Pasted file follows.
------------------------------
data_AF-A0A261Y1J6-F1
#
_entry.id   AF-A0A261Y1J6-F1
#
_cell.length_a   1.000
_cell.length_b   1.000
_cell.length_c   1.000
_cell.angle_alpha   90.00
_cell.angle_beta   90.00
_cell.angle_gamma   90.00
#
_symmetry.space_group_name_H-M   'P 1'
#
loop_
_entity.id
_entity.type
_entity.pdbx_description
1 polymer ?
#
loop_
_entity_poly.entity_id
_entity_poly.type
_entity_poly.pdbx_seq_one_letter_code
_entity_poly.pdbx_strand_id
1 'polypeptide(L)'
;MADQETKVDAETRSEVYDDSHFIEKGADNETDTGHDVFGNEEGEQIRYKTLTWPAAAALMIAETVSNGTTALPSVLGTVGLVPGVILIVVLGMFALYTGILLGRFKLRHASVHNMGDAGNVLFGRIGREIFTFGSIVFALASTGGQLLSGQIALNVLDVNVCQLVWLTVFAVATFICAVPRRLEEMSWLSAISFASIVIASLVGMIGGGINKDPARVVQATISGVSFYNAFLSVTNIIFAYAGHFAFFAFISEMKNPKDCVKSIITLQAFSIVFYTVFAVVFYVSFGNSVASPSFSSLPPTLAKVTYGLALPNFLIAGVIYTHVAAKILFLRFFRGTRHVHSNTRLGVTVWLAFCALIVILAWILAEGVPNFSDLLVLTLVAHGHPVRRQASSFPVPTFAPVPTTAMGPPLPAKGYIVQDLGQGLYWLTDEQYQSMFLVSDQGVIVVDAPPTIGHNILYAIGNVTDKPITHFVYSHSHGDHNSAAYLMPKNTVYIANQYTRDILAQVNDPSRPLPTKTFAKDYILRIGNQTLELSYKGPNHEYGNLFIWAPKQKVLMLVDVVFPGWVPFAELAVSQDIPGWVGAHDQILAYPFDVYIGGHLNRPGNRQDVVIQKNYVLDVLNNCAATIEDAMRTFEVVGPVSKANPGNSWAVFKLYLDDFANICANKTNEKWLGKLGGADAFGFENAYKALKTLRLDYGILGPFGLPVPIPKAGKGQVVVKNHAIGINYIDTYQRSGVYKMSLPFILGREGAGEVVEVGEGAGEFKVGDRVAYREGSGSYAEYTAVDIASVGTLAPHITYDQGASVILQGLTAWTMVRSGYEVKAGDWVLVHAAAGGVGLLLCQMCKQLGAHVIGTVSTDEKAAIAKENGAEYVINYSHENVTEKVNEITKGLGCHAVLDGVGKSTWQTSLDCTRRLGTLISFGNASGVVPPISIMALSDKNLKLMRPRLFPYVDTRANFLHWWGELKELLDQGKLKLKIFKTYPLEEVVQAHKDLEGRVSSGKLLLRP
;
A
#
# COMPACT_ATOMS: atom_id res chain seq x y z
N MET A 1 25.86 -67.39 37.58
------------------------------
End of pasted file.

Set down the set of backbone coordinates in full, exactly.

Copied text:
data_AF-A0A261Y1J6-F1
#
_entry.id   AF-A0A261Y1J6-F1
#
_cell.length_a   1.000
_cell.length_b   1.000
_cell.length_c   1.000
_cell.angle_alpha   90.00
_cell.angle_beta   90.00
_cell.angle_gamma   90.00
#
_symmetry.space_group_name_H-M   'P 1'
#
loop_
_entity.id
_entity.type
_entity.pdbx_description
1 polymer ?
#
loop_
_entity_poly.entity_id
_entity_poly.type
_entity_poly.pdbx_seq_one_letter_code
_entity_poly.pdbx_strand_id
1 'polypeptide(L)'
;MADQETKVDAETRSEVYDDSHFIEKGADNETDTGHDVFGNEEGEQIRYKTLTWPAAAALMIAETVSNGTTALPSVLGTVGLVPGVILIVVLGMFALYTGILLGRFKLRHASVHNMGDAGNVLFGRIGREIFTFGSIVFALASTGGQLLSGQIALNVLDVNVCQLVWLTVFAVATFICAVPRRLEEMSWLSAISFASIVIASLVGMIGGGINKDPARVVQATISGVSFYNAFLSVTNIIFAYAGHFAFFAFISEMKNPKDCVKSIITLQAFSIVFYTVFAVVFYVSFGNSVASPSFSSLPPTLAKVTYGLALPNFLIAGVIYTHVAAKILFLRFFRGTRHVHSNTRLGVTVWLAFCALIVILAWILAEGVPNFSDLLVLTLVAHGHPVRRQASSFPVPTFAPVPTTAMGPPLPAKGYIVQDLGQGLYWLTDEQYQSMFLVSDQGVIVVDAPPTIGHNILYAIGNVTDKPITHFVYSHSHGDHNSAAYLMPKNTVYIANQYTRDILAQVNDPSRPLPTKTFAKDYILRIGNQTLELSYKGPNHEYGNLFIWAPKQKVLMLVDVVFPGWVPFAELAVSQDIPGWVGAHDQILAYPFDVYIGGHLNRPGNRQDVVIQKNYVLDVLNNCAATIEDAMRTFEVVGPVSKANPGNSWAVFKLYLDDFANICANKTNEKWLGKLGGADAFGFENAYKALKTLRLDYGILGPFGLPVPIPKAGKGQVVVKNHAIGINYIDTYQRSGVYKMSLPFILGREGAGEVVEVGEGAGEFKVGDRVAYREGSGSYAEYTAVDIASVGTLAPHITYDQGASVILQGLTAWTMVRSGYEVKAGDWVLVHAAAGGVGLLLCQMCKQLGAHVIGTVSTDEKAAIAKENGAEYVINYSHENVTEKVNEITKGLGCHAVLDGVGKSTWQTSLDCTRRLGTLISFGNASGVVPPISIMALSDKNLKLMRPRLFPYVDTRANFLHWWGELKELLDQGKLKLKIFKTYPLEEVVQAHKDLEGRVSSGKLLLRP
;
A
#
# COMPACT_ATOMS: atom_id res chain seq x y z
N MET A 1 25.86 -67.39 37.58